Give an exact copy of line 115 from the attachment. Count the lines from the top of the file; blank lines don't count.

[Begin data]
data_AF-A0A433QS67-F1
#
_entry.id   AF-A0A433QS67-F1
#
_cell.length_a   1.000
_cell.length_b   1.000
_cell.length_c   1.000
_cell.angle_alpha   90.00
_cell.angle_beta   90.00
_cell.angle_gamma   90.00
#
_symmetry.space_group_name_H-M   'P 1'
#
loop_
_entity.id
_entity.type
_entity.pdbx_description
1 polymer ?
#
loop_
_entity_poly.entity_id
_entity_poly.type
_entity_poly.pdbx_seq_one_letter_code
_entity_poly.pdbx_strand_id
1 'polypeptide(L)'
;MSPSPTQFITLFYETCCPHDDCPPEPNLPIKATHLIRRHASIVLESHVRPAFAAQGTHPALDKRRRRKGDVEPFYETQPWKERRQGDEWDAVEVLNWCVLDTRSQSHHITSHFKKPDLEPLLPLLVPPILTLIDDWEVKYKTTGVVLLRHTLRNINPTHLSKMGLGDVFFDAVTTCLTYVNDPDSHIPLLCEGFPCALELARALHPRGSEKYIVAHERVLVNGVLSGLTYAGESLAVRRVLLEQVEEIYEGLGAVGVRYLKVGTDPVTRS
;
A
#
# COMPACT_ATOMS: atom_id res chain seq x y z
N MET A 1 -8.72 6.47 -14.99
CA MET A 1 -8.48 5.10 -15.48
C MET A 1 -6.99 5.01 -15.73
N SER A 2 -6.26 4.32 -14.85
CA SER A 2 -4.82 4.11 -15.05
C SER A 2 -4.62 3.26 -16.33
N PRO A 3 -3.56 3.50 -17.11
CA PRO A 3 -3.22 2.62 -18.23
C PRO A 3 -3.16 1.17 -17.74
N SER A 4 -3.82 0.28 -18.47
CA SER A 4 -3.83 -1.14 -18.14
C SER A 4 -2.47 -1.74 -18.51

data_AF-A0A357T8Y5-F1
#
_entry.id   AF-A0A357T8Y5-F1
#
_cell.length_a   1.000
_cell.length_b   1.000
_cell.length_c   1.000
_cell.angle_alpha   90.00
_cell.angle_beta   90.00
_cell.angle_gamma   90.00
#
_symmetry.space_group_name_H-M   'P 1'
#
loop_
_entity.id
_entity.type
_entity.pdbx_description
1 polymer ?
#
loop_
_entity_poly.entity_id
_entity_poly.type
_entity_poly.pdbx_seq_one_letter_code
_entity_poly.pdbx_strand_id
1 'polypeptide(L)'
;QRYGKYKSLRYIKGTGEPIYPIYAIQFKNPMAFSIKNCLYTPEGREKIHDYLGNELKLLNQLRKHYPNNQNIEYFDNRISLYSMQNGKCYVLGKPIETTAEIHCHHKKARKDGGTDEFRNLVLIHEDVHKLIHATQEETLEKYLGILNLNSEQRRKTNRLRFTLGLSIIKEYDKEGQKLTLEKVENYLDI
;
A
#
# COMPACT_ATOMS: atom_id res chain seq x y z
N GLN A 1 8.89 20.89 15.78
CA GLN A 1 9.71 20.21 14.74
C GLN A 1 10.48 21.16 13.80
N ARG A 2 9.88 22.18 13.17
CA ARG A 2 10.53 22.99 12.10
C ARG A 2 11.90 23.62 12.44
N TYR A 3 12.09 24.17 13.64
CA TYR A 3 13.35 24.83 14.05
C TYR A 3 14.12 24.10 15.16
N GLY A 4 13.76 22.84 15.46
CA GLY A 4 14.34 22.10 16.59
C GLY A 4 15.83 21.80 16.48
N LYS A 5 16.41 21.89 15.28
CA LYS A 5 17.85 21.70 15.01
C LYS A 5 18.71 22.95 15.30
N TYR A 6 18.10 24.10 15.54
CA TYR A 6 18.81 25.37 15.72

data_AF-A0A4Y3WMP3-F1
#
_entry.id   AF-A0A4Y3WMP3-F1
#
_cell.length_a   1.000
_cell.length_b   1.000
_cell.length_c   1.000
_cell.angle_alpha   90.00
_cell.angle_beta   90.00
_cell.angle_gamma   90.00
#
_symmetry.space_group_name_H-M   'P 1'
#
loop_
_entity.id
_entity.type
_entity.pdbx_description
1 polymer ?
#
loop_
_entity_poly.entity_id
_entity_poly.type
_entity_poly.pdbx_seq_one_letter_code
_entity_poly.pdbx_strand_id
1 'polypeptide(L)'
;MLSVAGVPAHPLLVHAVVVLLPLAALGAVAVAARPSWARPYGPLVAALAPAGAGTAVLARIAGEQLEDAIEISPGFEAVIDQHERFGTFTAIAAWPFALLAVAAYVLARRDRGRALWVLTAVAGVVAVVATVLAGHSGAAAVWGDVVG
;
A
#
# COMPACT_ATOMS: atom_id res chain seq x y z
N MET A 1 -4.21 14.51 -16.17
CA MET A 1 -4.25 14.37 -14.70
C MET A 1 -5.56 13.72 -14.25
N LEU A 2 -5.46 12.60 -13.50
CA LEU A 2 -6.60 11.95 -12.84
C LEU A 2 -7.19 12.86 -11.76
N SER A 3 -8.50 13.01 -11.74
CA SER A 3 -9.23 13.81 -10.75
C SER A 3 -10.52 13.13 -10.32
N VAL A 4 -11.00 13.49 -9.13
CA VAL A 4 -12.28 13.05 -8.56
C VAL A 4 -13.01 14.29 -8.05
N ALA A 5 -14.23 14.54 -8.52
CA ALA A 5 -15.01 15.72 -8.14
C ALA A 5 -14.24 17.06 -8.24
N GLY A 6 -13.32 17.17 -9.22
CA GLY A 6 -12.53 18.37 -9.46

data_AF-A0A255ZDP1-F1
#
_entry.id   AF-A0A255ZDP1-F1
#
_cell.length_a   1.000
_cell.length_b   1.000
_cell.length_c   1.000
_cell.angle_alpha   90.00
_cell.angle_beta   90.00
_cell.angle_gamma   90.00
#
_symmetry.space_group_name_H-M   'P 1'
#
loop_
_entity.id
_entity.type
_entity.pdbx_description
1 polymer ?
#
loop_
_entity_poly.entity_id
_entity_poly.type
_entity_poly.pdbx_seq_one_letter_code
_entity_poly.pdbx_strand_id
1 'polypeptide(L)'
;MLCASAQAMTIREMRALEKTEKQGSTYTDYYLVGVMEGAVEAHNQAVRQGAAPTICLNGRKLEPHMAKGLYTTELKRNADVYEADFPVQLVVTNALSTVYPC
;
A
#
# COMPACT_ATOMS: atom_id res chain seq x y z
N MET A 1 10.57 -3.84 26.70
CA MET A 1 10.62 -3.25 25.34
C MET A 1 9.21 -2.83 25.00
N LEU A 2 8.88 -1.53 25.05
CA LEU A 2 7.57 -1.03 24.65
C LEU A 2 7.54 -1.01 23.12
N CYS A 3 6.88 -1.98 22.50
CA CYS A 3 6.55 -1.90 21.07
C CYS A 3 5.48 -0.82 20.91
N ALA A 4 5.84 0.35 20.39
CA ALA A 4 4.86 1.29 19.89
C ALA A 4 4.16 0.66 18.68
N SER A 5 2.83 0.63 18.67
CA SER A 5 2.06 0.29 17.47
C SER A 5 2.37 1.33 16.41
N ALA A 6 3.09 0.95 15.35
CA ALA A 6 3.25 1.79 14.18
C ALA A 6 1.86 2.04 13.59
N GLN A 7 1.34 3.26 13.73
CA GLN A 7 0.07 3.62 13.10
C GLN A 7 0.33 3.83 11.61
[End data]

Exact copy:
;MLSVAGVPAHPLLVHAVVVLLPLAALGAVAVAARPSWARPYGPLVAALAPAGAGTAVLARIAGEQLEDAIEISPGFEAVIDQHERFGTFTAIAAWPFALLAVAAYVLARRDRGRALWVLTAVAGVVAVVATVLAGHSGAAAVWGDVVG